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Hawley, McCaskill issue tax returns, Hawley wants more


JEFFERSON CITY, Mo. – The November election is less than two months away, and up to this point, neither of Missouri’s two candidates from the major political parties have answered whether they would release their personal tax returns.

Both U.S. Sen. Claire McCaskill and Missouri Attorney General Josh Hawley have received requests for their tax returns. Hawley’s campaign has asked if McCaskill would be releasing hers, while her office has remained silent on the issue.

That all changed late Wednesday morning.

In an email issued at 10:30 a.m., Hawley’s campaign announced that they would hold a conference call regarding the release of tax returns at 12:12 p.m.

One hour later, McCaskill released two pages of her 2017 tax returns, which can be viewed here.

According to her return, McCaskill reported a $174,000 salary as a member of the Senate, along with $85,521 from pensions and annuities. She received a refund of $9,337.

Hawley that afternoon released his tax returns, nearly 60 pages worth of documents, and said that McCaskill had released “a very limited view of her tax returns” and refused to release that of her husband. Hawley’s wife, Erin, files jointly with the Attorney General.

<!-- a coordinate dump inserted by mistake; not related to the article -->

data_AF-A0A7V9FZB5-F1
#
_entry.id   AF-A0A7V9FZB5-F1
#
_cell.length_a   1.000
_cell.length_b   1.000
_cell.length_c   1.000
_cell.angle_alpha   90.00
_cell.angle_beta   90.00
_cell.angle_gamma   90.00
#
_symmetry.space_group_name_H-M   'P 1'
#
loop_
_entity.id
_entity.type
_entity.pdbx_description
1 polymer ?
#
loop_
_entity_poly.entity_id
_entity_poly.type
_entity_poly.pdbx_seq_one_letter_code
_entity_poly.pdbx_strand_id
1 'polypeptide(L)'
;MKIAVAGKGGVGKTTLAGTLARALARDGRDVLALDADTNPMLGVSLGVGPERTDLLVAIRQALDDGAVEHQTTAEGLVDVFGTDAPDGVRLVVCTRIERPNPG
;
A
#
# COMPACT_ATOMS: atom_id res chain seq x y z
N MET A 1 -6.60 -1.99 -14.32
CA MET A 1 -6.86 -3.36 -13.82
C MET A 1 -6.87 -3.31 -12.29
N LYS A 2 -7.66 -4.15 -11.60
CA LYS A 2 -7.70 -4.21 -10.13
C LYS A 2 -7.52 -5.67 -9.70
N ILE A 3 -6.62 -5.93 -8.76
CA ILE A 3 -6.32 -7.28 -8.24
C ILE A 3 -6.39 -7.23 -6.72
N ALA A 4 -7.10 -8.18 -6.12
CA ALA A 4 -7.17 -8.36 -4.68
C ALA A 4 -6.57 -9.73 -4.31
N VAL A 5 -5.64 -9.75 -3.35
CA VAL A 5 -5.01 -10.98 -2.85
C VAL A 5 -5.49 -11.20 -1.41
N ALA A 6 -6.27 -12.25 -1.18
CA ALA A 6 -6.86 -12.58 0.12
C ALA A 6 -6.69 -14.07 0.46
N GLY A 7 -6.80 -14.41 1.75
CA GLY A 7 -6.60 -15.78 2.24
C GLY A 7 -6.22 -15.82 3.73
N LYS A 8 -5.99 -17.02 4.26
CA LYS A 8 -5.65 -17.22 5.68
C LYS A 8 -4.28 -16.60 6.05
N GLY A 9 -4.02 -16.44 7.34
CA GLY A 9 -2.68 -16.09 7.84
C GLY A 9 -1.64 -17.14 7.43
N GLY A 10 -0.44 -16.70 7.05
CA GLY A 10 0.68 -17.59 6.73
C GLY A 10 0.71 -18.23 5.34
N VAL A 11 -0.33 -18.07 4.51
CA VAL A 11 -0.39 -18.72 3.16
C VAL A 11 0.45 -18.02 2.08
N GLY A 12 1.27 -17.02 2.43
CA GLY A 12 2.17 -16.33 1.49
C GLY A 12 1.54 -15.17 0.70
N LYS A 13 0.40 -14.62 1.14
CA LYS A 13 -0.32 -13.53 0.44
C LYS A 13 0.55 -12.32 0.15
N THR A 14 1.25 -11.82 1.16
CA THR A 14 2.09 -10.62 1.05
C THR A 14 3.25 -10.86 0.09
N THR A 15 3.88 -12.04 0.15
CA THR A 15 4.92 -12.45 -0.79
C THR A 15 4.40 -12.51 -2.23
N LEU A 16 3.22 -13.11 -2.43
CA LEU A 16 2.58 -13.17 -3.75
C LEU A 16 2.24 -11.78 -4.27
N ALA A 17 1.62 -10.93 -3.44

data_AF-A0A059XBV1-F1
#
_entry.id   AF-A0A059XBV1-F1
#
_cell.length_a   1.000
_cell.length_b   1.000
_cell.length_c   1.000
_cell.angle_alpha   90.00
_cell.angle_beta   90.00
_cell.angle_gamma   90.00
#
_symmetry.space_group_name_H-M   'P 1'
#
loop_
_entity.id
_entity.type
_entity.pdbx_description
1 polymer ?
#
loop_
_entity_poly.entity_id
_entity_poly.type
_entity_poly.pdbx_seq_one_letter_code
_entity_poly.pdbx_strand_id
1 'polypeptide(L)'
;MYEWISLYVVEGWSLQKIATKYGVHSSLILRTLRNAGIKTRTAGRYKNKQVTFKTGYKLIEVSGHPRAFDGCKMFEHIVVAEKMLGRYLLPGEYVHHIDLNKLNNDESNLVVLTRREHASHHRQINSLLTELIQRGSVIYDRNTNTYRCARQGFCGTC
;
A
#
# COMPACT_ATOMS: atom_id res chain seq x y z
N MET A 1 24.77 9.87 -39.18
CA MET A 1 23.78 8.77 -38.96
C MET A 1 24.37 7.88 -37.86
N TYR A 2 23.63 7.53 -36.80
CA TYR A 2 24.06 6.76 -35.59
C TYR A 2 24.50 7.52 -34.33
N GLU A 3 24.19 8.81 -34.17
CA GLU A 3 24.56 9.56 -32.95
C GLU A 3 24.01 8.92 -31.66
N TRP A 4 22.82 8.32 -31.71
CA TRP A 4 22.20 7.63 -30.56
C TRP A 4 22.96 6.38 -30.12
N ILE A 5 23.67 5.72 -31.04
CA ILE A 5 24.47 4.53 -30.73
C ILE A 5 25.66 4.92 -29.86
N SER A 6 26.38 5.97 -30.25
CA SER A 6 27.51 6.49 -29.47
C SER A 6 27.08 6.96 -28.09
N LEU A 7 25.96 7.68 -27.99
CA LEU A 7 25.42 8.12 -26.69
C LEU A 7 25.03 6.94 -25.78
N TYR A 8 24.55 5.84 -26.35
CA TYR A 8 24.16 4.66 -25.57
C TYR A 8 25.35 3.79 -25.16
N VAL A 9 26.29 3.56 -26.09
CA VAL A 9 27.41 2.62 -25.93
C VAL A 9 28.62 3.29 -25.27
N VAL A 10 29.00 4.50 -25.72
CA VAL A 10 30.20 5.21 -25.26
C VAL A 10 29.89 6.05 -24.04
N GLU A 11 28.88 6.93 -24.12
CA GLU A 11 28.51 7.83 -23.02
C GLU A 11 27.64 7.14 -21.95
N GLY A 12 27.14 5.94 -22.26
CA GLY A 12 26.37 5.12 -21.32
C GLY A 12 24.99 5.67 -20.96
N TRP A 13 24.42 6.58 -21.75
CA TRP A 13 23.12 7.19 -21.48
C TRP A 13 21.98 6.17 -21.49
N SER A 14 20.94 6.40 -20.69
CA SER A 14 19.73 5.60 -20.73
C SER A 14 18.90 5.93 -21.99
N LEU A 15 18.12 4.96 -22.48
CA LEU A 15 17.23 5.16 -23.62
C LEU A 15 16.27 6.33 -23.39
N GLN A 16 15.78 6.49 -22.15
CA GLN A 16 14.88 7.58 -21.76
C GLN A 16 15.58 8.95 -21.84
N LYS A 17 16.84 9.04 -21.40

“My wife Erin and I are releasing our tax returns today. Transparency doesn’t mean anything in D.C. – but it does in Missouri. That’s why Erin and I are releasing our tax returns. I am calling on Senator McCaskill and her husband to release theirs, too,” Hawley said in a statement. “We know Senator McCaskill’s campaign is bought and paid for by Hollywood and Washington liberals. Missourians deserve to see how she and her husband have personally profited as a result of being their Senator. Missouri needs to know who is paying for her plane, how they are benefiting from her husband’s $131 million in taxpayer subsidies, and how much they aren’t paying in taxes for their offshore investments and hedge funds. All of this can be figured out from her tax returns.”

Hawley said McCaskill was “running her family’s finances like a dark money campaign.”

“It’s time for Senator McCaskill to come clean, and show Missouri who is paying. Missouri is the Show-Me State and it’s high time Senator McCaskill showed us who is paying the freight for her lavish lifestyle.”

For voters, tax returns can be an interesting tidbit, as it deals with a candidate’s transparency. Several studies or surveys have shown a majority of voters favor the releasing of tax returns from statewide politicians.

It was an extremely contentious point during the last gubernatorial race in Missouri, with Democratic candidate Chris Koster releasing his tax return and hammering then-Republican candidate and now-former-Gov. Eric Greitens for not releasing his.